October 16, 2013. Posted by Tim Wilkins.
WBGO says goodbye to singer Gloria Lynne, who passed away in Newark Oct. 15 at age 81. Best known for her 1964 hit "I Wish You Love," Gloria won first prize in the "Amateur Night" at Harlem's Apollo Theater at age fifteen. She also wrote lyrics to Herbie Hancock's "Watermelon Man" and performed with, among others, Ray Charles, Harry Belafonte Billy Eckstine, Quincy Jones and Ella Fitzgerald. Among her many honors, she received an International Women in Jazz Award and a Pioneer Award from the Rhythm and Blues Foundation. In 1995, New York City proclaimed July 25 "Gloria Lynne Day."
A memorial service for Gloria will be held at the Abyssinian Baptist Church, 132 Odell Clark Place (138th Street) in Harlem, on Monday, October 28th at 1pm.
Last month, Lynne sat down with with WBGO's Michael Bourne to talk about about her career and performances at 54 Below in New York on August 27 as part of the nightclub's WBGO Jazz Series. We would like to share this interview with you again now. Farewell, Gloria, we will miss you!
© 2013 WBGO
September 22, 2013. Posted by Michael Bourne.
WBGO says farewell to our dear friend Margarett Cooper, who passed away Friday at age 99. Margarett was a true member of the WBGO family, and lived so many things the rest of us can only read about. As we remember her, we'd like to share audio from the unforgettable hour she spent with us on the air in 2010. Farewell Margarett, we will miss you!
Margarett Cooper hosted an hour with me in the spring of 2010, a gift from WBGO supporter Gordon Davis. 96, she was, at the time. Everyone kept mentioning her age, but her spirit belied her age.
I especially enjoyed hearing stories about her hearing performances of Art Tatum and the other jazz greats she wanted to play as a guest DJ. She said she was nervous, but her hour was sweet and swinging -- like Margarett Cooper herself.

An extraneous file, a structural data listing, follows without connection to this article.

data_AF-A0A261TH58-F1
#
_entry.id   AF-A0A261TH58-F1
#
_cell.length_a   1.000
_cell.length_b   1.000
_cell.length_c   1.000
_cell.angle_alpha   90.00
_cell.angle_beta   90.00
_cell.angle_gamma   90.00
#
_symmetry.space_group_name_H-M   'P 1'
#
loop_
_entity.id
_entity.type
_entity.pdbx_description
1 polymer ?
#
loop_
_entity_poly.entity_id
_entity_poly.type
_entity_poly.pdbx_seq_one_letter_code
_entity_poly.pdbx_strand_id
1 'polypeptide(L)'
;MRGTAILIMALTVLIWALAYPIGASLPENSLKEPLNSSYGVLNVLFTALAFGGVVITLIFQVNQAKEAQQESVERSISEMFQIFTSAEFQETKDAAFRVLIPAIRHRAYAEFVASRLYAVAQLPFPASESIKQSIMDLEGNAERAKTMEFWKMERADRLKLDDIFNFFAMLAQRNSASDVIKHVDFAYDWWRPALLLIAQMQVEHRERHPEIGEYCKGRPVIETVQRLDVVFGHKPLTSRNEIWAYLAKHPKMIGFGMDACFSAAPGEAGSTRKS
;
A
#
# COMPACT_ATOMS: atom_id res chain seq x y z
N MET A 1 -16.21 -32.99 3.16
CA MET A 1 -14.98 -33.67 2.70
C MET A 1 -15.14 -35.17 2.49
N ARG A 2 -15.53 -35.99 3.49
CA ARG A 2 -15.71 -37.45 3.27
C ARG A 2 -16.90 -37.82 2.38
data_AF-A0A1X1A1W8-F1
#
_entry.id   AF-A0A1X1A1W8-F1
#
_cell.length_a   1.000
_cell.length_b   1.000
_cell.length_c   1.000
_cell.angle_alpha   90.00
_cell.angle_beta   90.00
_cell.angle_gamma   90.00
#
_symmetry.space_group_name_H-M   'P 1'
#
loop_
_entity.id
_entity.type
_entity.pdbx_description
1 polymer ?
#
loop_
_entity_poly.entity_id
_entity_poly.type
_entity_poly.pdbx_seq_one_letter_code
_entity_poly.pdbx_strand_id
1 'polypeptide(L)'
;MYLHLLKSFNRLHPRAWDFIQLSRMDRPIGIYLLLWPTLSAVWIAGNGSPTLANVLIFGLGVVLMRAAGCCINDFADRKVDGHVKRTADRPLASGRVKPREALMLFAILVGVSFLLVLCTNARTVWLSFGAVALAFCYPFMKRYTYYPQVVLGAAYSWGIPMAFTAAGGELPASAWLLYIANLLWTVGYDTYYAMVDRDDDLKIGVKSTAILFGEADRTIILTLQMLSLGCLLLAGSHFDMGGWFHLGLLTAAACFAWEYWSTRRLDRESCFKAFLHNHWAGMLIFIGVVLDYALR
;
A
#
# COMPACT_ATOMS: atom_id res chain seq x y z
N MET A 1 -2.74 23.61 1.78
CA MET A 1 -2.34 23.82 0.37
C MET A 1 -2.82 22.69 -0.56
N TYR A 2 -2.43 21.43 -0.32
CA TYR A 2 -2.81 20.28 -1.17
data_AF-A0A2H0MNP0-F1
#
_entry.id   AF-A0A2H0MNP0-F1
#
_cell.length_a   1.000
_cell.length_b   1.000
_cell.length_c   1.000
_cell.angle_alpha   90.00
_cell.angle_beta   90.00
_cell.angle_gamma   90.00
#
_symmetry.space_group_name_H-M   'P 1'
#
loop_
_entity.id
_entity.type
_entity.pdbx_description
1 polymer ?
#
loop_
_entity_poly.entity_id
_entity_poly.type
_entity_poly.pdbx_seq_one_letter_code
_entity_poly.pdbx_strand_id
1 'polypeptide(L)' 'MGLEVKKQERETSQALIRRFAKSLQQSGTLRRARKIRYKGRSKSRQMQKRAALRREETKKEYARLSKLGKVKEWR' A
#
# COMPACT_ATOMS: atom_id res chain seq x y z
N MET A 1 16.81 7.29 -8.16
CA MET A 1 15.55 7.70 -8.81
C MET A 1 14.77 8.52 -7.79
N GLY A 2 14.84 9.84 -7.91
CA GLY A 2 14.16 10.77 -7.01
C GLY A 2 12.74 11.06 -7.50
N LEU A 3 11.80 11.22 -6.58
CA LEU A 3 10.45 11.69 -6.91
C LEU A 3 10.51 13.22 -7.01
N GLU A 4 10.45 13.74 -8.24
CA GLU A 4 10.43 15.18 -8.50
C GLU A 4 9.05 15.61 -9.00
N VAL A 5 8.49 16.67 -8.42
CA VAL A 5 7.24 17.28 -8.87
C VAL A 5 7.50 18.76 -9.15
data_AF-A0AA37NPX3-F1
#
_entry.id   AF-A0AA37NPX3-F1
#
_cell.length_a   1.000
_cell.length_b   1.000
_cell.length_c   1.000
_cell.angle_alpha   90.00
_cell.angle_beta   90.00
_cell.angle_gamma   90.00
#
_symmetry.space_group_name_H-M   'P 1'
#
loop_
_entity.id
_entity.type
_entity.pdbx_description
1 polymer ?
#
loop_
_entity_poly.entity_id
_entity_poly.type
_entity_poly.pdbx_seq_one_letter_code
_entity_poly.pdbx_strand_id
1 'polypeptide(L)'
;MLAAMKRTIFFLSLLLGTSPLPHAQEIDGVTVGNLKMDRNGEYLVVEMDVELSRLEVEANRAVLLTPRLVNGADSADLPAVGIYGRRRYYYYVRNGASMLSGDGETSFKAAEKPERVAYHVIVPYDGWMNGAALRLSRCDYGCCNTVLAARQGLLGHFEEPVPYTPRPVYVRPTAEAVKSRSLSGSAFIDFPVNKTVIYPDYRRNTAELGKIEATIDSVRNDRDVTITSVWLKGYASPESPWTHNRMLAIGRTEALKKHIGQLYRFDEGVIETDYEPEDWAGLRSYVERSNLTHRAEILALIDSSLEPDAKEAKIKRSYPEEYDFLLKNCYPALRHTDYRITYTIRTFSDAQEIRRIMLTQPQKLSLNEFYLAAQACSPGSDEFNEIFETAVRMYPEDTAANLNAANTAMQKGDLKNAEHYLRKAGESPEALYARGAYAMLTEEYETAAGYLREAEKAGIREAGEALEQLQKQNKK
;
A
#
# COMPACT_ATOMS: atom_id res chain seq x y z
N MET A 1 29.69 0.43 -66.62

She was planning her next host-an-hour when she passed away. one month shy of her hundredth birthday. For us, she is ageless.
- Michael Bourne
© 2013 WBGO
August 22, 2013. Posted by Michael Bourne.
WBGO's celebration of Marian McPartland continues with these memories shared by host Michael Bourne:
Marian McPartland ought to have been honored as Dame Marian by the Queen. She was instead in 2010 appointed an Officer of the Order of the British Empire. O.B.E. -- one step above Ringo.
She was certainly a great player, a great broadcaster, a great lady, and a great Dame to all of us in the jazz world. Smart, sweet, witty, with two of the most open ears in the jazz world, always curious, always swinging, never suffered fools, said what she meant, always with that enchanting voice and accent, and always with a twinkle -- no, a sparkle -- no, a bright star of light flashing in her eyes.
I knew Marian ever since she called me decades ago. 3:30AM, it was. "Hi," she said. "This is Marian McPartland," she said -- which I already knew immediately when she said hello. "I met a friend of yours," she said with that voice, that accent. "He said you play my records. He said you were up all night and I should call you."
I remembered that call every time Marian called me when I was jocking on WBGO. She was always listening. "Who is that?" she'd ask, and she'd tell me what was remarkable about the musician. "I should have (whoever-it-was) on the show."
One talk with Marian I'll never forget ...
I was working on a feature for DownBeat when Marian was being honored for all her extraordinary work in jazz education. I'd included her birth date, but Marian didn't want the date included. She didn't want anyone to know how old she was -- turning 70 around then. When she celebrated her 75th birthday with a concert at Town Hall, I remembered when she didn't want anyone to know her age. "I didn't," she said, "but now that I'm 75, the hell with it."
When we were talking for the DownBeat story, from something she said I realized that, after living so many decades in America, Marian was nonetheless a citizen of Great Britain. She'd met and married cornetist Jimmy McPartland when they were playing for soldiers around Europe at the end of WWII. Together, they settled first in Chicago, then in New York.
"You didn't become an American when you married Jimmy?" I asked.
And she said the most wonderful thing I've ever heard anyone say about a loved one.
"I didn't marry Jimmy to become an American," she said. "I married Jimmy for love."
I was dumbstruck by the passion in her voice. I could only think to ask about children.
"No," she said. "We didn't have children."
"No," said Marian. "We only had bass players and drummers."
© 2013 WBGO